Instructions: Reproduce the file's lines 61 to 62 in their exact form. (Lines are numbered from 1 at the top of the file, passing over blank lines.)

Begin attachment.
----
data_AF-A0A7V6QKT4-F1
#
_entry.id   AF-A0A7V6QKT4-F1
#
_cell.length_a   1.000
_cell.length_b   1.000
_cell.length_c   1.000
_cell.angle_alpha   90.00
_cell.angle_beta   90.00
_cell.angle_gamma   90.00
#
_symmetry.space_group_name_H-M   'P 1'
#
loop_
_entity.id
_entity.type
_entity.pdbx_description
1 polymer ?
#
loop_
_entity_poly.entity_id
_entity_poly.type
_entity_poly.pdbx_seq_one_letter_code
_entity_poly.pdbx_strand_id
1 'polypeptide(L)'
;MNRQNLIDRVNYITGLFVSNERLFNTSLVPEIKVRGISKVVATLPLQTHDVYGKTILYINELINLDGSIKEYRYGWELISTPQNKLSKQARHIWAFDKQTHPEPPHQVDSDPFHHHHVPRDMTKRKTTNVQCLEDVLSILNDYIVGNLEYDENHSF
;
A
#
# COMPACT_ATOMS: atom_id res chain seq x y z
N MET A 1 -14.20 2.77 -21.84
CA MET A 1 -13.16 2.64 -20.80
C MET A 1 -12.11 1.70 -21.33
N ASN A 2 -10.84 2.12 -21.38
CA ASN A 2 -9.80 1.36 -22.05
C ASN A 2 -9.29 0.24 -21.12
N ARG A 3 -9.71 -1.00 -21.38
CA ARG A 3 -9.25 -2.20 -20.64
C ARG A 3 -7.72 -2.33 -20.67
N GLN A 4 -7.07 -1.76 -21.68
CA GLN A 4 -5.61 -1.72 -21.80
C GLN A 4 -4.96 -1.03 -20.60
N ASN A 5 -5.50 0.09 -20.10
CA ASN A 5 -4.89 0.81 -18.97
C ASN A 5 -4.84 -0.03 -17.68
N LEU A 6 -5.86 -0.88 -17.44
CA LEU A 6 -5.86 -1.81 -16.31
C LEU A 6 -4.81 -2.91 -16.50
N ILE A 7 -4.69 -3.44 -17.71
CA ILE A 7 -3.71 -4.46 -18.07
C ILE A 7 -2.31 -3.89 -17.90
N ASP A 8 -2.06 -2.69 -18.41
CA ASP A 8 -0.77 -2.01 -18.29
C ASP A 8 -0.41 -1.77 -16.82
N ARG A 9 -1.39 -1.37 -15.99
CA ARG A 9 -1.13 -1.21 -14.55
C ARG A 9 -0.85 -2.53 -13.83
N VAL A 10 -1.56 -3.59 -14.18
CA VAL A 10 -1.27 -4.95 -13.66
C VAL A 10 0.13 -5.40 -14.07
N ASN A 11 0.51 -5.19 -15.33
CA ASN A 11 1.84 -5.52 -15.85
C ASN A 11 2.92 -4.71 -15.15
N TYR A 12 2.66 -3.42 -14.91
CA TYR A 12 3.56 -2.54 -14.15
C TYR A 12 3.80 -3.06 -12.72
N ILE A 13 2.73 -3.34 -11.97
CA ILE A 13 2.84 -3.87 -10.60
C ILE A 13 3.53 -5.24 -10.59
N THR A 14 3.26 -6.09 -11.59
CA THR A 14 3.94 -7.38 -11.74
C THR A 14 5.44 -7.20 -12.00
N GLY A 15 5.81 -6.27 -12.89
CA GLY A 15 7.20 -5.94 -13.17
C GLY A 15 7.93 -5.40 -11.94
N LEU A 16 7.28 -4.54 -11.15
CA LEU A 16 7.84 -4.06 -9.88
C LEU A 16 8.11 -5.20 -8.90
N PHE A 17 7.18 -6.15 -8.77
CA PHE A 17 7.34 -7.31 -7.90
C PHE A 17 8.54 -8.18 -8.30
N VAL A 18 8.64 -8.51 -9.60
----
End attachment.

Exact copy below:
N ASN A 11 0.51 -5.19 -15.33
CA ASN A 11 1.84 -5.52 -15.85